FILE PHOTO: JULIA HENNRIKUS/THE HOYA Sophomore forward Aliyah-Graves Brown was named to the all-Big East Second Team after leading the Hoyas with six goals and three assists.
Sophomore forward Aliyah-Graves Brown was named to the all-Big East Second Team after leading the Hoyas with six goals and three assists.

After concluding its most successful season since 2010 on Sunday, the Georgetown field hockey team (6-12, 0-5 Big East) is looking toward next year with a bright outlook.

A disappointing 2-16 record in the 2013 season was a sign that the program needed a change. This fall, under the leadership of a brand-new coaching staff and with the opportunity to play home games on campus at the MultiSport Facility for the first time since 2007, Georgetown began to construct a new team identity.

Georgetown’s improved final record is a tangible indication of the team’s progress, but junior co-captain and midfielder Emily Weinberg believes that there are better ways of measuring the team’s success.

“We’ve improved upon our culture, our team dynamic, how hard we’re working [and] our mentality, so I think even more [important] than the amount of wins is the way we are as athletes now,” Weinberg said.

From the beginning, first-year Head Coach Shannon Soares and assistant Coaches Shelly Montgomery and Mary Beth Barham stressed the importance of leaving the past behind and instead developing an all-in mentality. They committed to building confidence, adapting to new challenges and raising expectations. Weinberg says that sharing this commitment with the coaching staff united the team and helped in adjusting to the new leadership.

“We were ready and willing to adapt to it, so the change that was brought upon us, while it was different and new for us based on what we had experienced, we easily adjusted and tried to do everything that they asked of us,” Weinberg said.

The team was also dedicated to building an aggressive mentality, particularly on the offensive end of the field. Soares’ game strategy relied heavily on launching series of relentless attacks on the opponent’s defensive circle.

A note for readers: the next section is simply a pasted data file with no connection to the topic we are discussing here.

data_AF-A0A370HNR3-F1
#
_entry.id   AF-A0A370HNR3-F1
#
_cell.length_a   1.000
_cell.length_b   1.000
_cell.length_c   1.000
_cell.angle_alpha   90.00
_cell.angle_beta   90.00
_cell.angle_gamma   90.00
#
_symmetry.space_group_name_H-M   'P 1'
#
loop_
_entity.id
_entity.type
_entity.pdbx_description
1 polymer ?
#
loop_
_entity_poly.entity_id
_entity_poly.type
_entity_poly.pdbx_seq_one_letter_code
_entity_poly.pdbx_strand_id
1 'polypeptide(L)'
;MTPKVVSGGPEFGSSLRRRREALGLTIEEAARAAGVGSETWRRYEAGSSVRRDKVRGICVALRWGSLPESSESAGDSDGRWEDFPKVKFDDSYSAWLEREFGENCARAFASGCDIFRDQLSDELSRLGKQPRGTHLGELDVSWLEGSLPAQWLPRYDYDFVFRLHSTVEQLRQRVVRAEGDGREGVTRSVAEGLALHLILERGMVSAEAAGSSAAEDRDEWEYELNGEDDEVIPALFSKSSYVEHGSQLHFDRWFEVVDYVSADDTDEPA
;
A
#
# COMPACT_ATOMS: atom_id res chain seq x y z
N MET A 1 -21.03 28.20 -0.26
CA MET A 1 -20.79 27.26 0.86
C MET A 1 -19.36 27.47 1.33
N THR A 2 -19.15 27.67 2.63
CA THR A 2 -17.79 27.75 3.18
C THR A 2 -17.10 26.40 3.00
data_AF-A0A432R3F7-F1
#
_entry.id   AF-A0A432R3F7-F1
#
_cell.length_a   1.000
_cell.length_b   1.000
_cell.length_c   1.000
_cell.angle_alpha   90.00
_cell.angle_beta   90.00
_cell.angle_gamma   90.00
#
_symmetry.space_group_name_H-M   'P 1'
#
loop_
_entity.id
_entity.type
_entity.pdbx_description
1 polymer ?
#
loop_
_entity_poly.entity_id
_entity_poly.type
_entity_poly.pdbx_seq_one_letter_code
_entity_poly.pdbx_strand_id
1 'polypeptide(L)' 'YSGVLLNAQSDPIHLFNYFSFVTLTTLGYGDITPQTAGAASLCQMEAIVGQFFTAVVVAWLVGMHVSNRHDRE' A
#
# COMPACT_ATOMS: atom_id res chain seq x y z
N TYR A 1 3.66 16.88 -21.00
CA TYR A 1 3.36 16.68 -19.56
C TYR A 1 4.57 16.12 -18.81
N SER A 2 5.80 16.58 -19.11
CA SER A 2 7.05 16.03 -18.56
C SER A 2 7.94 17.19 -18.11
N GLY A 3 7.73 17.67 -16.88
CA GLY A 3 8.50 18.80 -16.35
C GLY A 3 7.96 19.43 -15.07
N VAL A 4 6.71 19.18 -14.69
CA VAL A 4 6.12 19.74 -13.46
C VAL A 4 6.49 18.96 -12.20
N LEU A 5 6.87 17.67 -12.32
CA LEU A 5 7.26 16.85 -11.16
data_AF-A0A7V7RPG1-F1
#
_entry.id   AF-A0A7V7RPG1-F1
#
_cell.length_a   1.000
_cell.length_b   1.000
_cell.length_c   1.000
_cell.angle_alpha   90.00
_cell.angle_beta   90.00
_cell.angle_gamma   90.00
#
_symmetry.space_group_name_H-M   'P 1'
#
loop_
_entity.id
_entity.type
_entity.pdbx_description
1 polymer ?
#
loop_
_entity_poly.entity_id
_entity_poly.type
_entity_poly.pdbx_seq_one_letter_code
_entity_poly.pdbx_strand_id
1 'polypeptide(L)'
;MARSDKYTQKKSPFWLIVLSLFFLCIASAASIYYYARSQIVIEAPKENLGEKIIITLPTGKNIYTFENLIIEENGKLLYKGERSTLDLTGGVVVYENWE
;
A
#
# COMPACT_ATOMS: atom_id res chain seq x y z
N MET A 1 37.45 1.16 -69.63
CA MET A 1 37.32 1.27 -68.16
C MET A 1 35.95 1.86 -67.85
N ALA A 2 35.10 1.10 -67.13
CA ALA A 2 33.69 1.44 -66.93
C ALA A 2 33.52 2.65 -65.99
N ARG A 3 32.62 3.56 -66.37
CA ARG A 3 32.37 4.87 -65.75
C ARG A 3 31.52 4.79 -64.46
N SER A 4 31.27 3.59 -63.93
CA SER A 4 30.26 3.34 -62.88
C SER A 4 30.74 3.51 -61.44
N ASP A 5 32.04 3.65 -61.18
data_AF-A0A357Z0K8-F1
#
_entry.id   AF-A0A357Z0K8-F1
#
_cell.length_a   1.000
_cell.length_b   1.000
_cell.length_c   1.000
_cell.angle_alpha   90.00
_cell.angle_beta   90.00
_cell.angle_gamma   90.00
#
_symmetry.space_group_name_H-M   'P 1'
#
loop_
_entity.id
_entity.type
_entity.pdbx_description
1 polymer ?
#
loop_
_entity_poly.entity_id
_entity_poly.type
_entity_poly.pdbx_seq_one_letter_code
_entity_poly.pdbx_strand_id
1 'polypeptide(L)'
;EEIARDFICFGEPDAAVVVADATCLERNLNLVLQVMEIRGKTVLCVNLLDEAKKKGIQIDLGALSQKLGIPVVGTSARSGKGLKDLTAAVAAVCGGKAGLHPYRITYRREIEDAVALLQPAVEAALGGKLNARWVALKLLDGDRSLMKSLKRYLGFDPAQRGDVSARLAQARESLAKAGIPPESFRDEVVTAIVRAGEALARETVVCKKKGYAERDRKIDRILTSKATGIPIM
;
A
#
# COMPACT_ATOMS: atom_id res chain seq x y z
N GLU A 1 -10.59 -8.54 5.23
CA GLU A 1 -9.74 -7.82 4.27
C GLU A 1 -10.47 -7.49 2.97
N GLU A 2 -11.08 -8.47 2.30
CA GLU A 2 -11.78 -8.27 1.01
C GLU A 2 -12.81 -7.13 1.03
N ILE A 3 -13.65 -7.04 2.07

Junior co-captain and midfielder Louise Chakejian says that this mindset carried over into practices and translated into many of the fundamental improvements the team made during the season.

“We really try to embrace a fighter mentality in practices,” Chakejian said. “Mental toughness is a really big thing for us, and I think we’ve improved so much in that area with every single person. I think that’s a huge step for our program.”

Although Georgetown suffered several tough losses during the season, each game helped the Hoyas reach new levels of progress. Georgetown’s offense became a united and balanced front with nine different players recording goals during the season.

Sophomore forward Aliyah Graves-Brown, who earned all-Big East Second Team honors for her efforts during the season, stepped up to lead the offense with six goals. She was the first Hoya since 2012 to earn a postseason conference honor.

On the other end of the field, the Hoya defense showed resilience throughout the season, recording four shutouts and holding a tough No. 17 Old Dominion offense (11-7, 4-1 Big East) to just three goals on Oct. 31. Sophomore goalkeeper Rachel Skonecki anchored the defense in the cage with 108 total saves and a .667 save percentage.

The Hoyas developed good chemistry on the field, but team unity translated into all areas of the program. In addition to naming Weinberg and Chakejian as captains, the team created a leadership council, which allowed all players to vocalize their ideas and concerns. Both Weinberg and Chakejian agree that this system was important in bringing the team together during a season full of transition.

“We really did get to learn a lot from everyone too. … Everyone’s voice was heard,” Chakejian said.

With both captains and a majority of the roster returning next season, Georgetown is excited for the work and improvement that lies ahead. Chakejian said that although the team made great strides this season, it is looking toward building on this success during the offseason to yield better results next year.

“Something that we’ve been focused on this year is that success is a process rather than a goal,” Chakejian said. “Our six wins this year were really exciting, but it’s not really an end game for us — we’ve just reached another level and we want to go up from there.”

Weinberg is also looking forward to the opportunities that her senior season will bring.

“We never really knew how far we could go and how good we actually were,” Weinberg said. “This [season] was a test of how far we could push ourselves, and going into the spring season will be too. I think next year we’re going to have even higher expectations for ourselves and we’ll be more confident.”

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